Its important that the entire flag object is passed in as an argument. This forces you to define those flags and maintain our core principle: make flags explicit. It also gives you the flexibility to add any attributues to the flag definition that you need to check them against a source.

See the process environment flag source.

Handling different environments

Sometimes you want to have features enabled in lower environments but keep them off in others. For such cases, sane-flags supports an environments key in the configuration and more complex values for enabled. In the spirit of our explicit configuration, you will have to list all available environments and declare which one you are in:

module.exports = saneFlags.wrap({
  flags: {
    dynamic_contact_form: {
      description: 'New contact form that dynamically fills form based on accounts contacts.',
      enabled: {
        dev: true,
        qa: false,
        prod: false
      }
    }
  },
  environments: {
    available: ['dev', 'qa', 'prod'],
    current: process.env.APPLICATION_ENV
  }
})

To be able to ensure consistency, any key underneath enabled must be present in environments.available. Using process.env.APPLICATION_ENV is just an example here.

Consistency and Explicitness

sane-flags is fairly strict in what it expects to see in your configuration. Every flag MUST have a description and an enabled key. To use the per-environment configuration of enabled, you MUST declare the available environments in the environments key. Failure to do so will throw an error when calling wrap(config) to avoid odd behaviour and enforce good practices as far as possible.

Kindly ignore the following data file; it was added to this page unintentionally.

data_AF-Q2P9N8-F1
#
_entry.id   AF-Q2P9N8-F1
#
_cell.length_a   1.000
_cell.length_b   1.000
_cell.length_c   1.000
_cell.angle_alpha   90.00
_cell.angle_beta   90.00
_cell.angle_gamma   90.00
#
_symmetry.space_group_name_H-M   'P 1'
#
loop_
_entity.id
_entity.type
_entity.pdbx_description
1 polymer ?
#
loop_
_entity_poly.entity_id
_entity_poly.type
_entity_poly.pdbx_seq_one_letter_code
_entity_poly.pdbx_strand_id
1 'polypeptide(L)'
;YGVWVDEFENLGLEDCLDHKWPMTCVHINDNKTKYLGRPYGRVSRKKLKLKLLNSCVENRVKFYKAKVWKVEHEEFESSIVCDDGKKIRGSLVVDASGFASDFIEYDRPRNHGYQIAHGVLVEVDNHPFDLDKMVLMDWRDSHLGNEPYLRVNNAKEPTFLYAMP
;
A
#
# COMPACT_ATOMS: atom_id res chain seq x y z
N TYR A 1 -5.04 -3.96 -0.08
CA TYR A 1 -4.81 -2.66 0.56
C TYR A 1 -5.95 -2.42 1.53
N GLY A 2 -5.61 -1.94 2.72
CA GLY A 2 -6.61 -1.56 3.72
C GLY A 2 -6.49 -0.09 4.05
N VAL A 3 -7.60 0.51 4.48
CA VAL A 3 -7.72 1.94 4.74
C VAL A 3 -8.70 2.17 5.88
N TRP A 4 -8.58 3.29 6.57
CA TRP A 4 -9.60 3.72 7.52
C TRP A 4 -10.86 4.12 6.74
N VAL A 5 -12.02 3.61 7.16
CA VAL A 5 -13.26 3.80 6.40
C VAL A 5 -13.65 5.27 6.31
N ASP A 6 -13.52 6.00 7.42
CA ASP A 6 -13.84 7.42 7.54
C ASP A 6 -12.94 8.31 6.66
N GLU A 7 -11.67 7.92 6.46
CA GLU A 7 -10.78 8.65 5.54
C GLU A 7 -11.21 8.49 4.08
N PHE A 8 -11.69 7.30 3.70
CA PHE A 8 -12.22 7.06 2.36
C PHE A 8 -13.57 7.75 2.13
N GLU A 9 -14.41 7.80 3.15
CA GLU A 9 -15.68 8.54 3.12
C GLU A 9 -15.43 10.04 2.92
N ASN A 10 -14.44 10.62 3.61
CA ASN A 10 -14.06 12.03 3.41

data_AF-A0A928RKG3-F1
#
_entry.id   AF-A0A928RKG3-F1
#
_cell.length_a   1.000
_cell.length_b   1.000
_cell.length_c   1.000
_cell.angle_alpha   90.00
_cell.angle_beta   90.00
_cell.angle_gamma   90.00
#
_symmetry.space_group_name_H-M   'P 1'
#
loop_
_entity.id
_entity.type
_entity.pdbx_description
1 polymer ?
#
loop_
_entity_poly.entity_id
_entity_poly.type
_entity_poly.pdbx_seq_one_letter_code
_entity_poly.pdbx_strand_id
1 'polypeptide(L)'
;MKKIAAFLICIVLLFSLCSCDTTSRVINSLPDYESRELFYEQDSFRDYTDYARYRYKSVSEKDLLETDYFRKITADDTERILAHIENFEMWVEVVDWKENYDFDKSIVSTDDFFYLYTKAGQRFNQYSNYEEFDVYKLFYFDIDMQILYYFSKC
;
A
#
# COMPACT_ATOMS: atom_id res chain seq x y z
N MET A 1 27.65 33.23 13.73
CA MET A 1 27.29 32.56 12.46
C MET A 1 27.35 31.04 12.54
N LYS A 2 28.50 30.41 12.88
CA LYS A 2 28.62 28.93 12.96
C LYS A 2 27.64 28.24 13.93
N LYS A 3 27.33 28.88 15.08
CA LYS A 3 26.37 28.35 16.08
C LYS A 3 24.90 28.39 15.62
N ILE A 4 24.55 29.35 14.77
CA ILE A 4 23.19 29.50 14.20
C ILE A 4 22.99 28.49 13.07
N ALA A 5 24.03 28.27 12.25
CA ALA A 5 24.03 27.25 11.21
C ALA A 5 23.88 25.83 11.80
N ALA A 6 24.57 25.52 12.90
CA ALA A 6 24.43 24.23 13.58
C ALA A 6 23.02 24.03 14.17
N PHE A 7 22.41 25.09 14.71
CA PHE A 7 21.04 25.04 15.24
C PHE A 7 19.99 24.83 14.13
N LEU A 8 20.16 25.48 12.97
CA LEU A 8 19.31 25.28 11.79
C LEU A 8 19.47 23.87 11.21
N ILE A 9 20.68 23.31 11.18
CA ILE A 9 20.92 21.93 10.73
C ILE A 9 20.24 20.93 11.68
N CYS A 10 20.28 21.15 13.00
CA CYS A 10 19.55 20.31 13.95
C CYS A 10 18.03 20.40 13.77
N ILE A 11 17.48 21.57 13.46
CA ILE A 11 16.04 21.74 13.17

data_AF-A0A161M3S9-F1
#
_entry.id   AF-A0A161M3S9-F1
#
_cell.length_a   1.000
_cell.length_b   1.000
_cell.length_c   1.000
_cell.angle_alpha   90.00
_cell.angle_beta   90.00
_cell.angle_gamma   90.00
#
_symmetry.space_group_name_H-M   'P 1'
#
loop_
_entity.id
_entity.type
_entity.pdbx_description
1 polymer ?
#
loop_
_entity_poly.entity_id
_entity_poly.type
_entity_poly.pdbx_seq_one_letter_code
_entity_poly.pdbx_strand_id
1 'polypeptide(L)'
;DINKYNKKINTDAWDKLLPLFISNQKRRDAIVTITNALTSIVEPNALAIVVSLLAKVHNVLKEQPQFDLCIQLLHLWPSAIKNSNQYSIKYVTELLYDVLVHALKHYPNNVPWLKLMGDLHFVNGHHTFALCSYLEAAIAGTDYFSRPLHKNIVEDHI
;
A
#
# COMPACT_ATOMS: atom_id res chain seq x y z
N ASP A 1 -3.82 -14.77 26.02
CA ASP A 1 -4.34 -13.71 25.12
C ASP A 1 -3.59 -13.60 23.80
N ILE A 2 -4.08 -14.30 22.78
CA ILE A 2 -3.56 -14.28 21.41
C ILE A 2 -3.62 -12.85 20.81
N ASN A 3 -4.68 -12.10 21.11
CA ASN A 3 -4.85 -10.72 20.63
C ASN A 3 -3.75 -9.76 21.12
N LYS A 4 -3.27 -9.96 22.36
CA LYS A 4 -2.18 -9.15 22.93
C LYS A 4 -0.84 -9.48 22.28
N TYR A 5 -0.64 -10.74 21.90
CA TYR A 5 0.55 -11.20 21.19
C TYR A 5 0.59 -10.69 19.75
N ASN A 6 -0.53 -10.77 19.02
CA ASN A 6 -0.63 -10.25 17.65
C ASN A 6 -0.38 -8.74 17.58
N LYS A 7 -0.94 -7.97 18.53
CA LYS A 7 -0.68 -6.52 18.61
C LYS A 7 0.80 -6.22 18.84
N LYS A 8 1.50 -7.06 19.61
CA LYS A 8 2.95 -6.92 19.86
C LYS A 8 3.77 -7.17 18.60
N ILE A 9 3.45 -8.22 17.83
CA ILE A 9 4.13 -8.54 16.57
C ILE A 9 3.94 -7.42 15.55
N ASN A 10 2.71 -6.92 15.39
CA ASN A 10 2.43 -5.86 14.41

Insight

In the spirit of being explicit sane-flags is able to give you an ASCII table showing which features are enabled/disabled:

Given:

features = saneFlags.wrap({
  flags: {
    dynamic_contact_form: {
      description:
        'The new form that fills in form contacts from the current account',
      enabled: true
    },

    disabled_feature: {
      description: 'The feature we are working on but have disabled',
      enabled: false
    },
    cool_feature: {
      description: 'The feature we are working on but have disabled',
      enabled: {
        dev: true,
        qa: false
      }
    }
  },
  environments: {
    available: ["dev", "qa"],
    current: "qa"
  }
})

Then calling features.summary() will give you a little table like this:

.-----------------------------------------------------------------------------------------------------.
|                                           Tracked featurs                                           |
|-----------------------------------------------------------------------------------------------------|
|         name         |                            description                            | enabled? |